In addition to those changes, guest actors (most of which were previously introduced to Whedonites in shows such as Angel and Firefly) and surprise twists took this show in a whole new direction, and ultimately, to a whole new level. I’m very pleased Whedon has found a vein of his A-game juice, and I hope he continues to milk it.

And now for the music…

It’s been an extremely exciting summer for music here in my now hometown of Salt Lake City, UT. Perhaps the most exciting experience of all happened this past weekend, when I had the opportunity to attend the concert of my favorite band Girlyman.

Over the many years they have unknowingly enjoyed the top position on “My Favorite Band” list, my efforts to see them in concert have been thwarted by cross-country moves, severe lack of funding due to unexpected early grad school admittance, and excruciating gas prices (Last summer we hit the top of that at $4.20 a gallon.). Driving my truck to their Denver concert, a mere 450 miles away, last year would have cost me somewhere around $150.00. Ouch!

This year, however, was different. They were a little closer—Fort Collins, CO (about an hour closer). Gas has made its way back down, at least temporarily, to a “within reason” price. And I’m in a lot better financial positioning—I’ve paid off my initial student loan. As soon as I read they would come again, I knew I had to go. I HAD TO!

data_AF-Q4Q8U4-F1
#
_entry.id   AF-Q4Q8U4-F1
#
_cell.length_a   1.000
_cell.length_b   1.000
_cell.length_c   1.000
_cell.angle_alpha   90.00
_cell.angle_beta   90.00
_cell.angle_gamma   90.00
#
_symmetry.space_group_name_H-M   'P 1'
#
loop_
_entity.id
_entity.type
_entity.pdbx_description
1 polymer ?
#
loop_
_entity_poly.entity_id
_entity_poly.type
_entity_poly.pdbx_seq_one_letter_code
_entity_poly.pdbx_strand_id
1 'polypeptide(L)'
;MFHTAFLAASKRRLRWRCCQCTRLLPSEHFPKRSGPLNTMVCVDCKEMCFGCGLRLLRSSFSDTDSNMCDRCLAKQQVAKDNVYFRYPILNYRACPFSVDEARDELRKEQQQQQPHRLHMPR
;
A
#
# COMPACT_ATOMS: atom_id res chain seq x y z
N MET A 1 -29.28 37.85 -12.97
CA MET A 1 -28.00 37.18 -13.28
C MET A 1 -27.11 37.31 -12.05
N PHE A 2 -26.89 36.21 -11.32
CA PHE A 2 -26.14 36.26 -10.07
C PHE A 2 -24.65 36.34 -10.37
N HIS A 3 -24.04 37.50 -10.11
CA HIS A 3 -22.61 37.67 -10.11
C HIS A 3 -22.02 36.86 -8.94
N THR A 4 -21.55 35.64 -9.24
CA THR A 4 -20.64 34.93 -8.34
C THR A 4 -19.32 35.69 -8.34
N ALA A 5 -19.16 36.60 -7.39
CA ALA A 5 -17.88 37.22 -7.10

The concert did not disappoint. They sang most of my favorites, a few of their new songs (I can’t wait for their new record to get out at the end of this year!), and they were, most of all, enormously entertaining. I know I said the Brandi Carlile concert was the best I’ve ever been to, but it’s hard to top seeing your favorite band.

After the show was over, I stood in line to meet them, and they were incredibly gracious. They signed a poster, and I even got gutsy enough to ask the great Nat Borofsky for one of the paper play lists they had on their stage that night (a piece of paper with their song sets). They even took a few pictures with me. OMH (that’s: “Oh, my heck!”)!!!!

Thankfully, the summer has a lot more to offer by way of live music here in SLC. Indigos are coming next month, as well as Greg Laswell. So many wonderful artists! "It's my birthday present to me. I'm so happy."

3 comments:

Heidi said...

:-O Is this MY Becky??? Do you actually have a blog and I haven't been following it?!

Becky said...

Yes. It's me-the one and only. And don't worry that you haven't been following my blog. Up until recently, I didn't realize the only way to get readers is to comment on other writer's work.

Ironically, I've also started to notice how little I care if anybody's reading. That is not to say I don't appreciate readers. I do enjoy acknowlegement, input, and attention (who doesn't?). But I've found this ability to rant about whatever I want an incredibly cathartic practice. Where else can I talk about what I'm really thinking?

This particular post is a wonderful example. Who else on this planet cares if a B-grade Fox show is gonna make it? Or how many people can tell you the names of the three bandmates in Girlyman.

Heidi said...

Very true. I like ranting about what I want. Such fun...though I think there are people who see me in a new light. Perhaps there is a reason they are not supposed to be "in" on what goes on in my head. Oh well!